Siemens has bought Alstom's industrial turbines business. At E1.1 billion, Alstom has secured a good price for the unit. The sale also means that its E3 billion disposal program is off to an encouraging start. Much work remains to be done, however, if the company is to survive its E5 billion debt burden.
French power and engineering group Alstom has completed the sale of its industrial turbines business to rival Siemens this week for E1.1 billion. Although the deal had been widely predicted, more of a surprise was the price paid by Siemens, more than 30% higher than many industry estimates. The higher than expected price reflects the desire of Siemens, the German conglomerate, to complete an acquisition that will fill a gap in its own product range.
Based in the UK, Sweden and Germany, Alstom's industrial turbines division makes small and medium-sized gas and steam turbines. It will broaden Siemens' present turbine product range, which currently does not go below 50MW. The challenge for the new owner will be to improve the operating margin at its new division from its present rate of 7%.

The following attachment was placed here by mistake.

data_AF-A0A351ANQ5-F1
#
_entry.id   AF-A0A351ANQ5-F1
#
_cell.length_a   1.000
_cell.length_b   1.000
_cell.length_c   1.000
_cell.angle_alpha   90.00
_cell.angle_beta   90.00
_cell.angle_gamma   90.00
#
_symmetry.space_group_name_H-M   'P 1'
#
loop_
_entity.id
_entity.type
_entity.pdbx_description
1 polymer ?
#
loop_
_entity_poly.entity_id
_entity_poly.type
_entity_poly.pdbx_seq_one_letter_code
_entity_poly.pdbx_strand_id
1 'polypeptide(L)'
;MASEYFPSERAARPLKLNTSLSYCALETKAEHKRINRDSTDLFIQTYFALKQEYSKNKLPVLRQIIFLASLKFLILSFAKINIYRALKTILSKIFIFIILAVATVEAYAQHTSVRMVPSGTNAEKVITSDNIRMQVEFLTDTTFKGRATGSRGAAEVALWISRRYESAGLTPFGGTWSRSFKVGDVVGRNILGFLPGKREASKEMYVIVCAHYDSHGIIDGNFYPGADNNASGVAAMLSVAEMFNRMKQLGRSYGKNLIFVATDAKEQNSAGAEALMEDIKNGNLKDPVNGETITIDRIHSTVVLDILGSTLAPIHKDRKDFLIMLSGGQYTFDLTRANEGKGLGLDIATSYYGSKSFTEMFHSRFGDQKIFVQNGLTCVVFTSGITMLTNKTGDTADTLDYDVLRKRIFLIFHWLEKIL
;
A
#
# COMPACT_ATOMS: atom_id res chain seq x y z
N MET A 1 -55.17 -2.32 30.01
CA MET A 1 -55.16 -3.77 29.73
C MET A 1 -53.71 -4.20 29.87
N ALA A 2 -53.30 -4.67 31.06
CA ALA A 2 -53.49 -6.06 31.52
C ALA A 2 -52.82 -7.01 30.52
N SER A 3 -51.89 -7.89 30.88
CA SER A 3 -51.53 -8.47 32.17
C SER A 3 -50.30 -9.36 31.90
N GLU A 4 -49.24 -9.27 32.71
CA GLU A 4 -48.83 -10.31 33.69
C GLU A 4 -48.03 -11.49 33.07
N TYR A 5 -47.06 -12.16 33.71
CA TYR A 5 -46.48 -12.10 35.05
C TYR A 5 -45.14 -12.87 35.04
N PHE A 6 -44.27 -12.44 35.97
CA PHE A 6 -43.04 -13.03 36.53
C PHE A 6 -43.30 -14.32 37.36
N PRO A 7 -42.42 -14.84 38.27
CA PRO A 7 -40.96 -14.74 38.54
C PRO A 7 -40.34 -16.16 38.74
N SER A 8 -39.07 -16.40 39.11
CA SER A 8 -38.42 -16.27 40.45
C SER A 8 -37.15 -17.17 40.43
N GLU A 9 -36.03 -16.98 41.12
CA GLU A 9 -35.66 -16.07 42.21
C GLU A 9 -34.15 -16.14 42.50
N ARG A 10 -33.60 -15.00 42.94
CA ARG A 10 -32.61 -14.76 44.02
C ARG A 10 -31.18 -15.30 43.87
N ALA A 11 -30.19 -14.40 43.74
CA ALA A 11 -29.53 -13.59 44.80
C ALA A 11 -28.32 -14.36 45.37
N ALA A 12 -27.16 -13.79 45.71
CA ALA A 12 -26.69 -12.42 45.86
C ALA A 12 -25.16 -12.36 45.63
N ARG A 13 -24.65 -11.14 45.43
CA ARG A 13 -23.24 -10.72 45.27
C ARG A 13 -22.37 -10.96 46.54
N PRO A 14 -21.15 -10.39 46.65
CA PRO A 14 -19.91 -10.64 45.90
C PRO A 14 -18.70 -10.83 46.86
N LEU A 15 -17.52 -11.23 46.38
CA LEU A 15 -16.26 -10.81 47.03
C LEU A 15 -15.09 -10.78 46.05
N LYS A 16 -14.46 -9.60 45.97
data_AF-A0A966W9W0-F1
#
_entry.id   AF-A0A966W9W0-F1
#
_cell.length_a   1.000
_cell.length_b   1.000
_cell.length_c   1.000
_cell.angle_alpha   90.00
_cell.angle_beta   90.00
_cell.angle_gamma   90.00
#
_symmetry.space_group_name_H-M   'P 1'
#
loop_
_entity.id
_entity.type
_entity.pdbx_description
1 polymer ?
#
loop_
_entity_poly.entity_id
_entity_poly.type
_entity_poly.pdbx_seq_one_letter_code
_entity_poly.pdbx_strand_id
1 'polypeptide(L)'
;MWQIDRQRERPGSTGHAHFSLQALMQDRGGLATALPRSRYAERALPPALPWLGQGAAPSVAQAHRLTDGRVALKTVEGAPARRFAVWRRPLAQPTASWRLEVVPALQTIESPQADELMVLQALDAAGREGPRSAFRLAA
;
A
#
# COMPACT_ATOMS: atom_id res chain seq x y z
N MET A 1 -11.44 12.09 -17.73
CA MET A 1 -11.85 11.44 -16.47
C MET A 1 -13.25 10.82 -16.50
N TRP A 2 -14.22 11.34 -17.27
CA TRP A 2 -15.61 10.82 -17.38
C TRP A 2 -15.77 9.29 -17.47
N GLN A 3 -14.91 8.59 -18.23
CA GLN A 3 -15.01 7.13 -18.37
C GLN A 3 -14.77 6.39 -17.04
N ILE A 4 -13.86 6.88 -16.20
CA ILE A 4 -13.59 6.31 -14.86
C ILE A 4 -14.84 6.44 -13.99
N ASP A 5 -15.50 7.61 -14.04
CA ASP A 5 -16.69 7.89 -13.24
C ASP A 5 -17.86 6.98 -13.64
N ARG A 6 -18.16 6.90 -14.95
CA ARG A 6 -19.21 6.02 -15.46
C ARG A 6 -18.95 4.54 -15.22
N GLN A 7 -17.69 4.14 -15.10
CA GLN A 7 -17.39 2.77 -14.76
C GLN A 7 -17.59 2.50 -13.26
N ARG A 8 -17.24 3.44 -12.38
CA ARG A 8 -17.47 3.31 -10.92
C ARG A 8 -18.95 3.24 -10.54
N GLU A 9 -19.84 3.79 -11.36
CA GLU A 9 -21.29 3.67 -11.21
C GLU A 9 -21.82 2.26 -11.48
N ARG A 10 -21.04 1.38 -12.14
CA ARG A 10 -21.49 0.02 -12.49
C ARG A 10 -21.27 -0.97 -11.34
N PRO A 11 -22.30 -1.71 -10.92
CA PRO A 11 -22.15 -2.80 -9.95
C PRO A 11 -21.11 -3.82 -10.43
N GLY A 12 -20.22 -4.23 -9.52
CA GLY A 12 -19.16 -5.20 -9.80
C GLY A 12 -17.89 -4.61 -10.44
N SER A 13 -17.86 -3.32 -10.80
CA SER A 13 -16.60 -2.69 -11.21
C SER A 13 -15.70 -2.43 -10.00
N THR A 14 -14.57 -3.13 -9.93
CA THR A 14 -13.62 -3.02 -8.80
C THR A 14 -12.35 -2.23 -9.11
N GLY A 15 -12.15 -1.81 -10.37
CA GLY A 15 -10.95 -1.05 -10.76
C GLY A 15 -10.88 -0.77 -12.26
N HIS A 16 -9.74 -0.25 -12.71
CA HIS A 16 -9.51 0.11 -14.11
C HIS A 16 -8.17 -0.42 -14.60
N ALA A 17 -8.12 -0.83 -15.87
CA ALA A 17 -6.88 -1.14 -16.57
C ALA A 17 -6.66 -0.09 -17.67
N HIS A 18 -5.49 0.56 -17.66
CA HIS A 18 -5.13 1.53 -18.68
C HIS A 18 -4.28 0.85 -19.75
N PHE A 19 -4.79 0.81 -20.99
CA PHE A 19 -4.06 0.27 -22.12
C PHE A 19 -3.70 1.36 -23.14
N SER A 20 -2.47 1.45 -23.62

Securing E1.1 billion for the industrial turbines unit, which employs 6,500 people and generated revenues of E1.25 billion last year, is a step in the right direction for Alstom, which is struggling with a debt burden of E5 billion. Last month, the group put both the industrial turbines and the profitable energy transmission and distribution (T&D) divisions up for sale as part of a plan to raise E3 billion to pay off some of this debt.
The T&D business, like industrial turbines, was previously regarded as a core enterprise, but is now being sold in the hope of raising a further E1.5 billion. Alstom has also recently announced 3,000 redundancies at its European power turbine division as part of a wider restructuring plan.
Despite the encouraging signs from the industrial turbines sale, Alstom still has a debt mountain to overhaul if it is to survive the current financial crisis. Although further disposals and job cuts look likely, the company may soon be forced into a debt-for-equity swap just to keep afloat.
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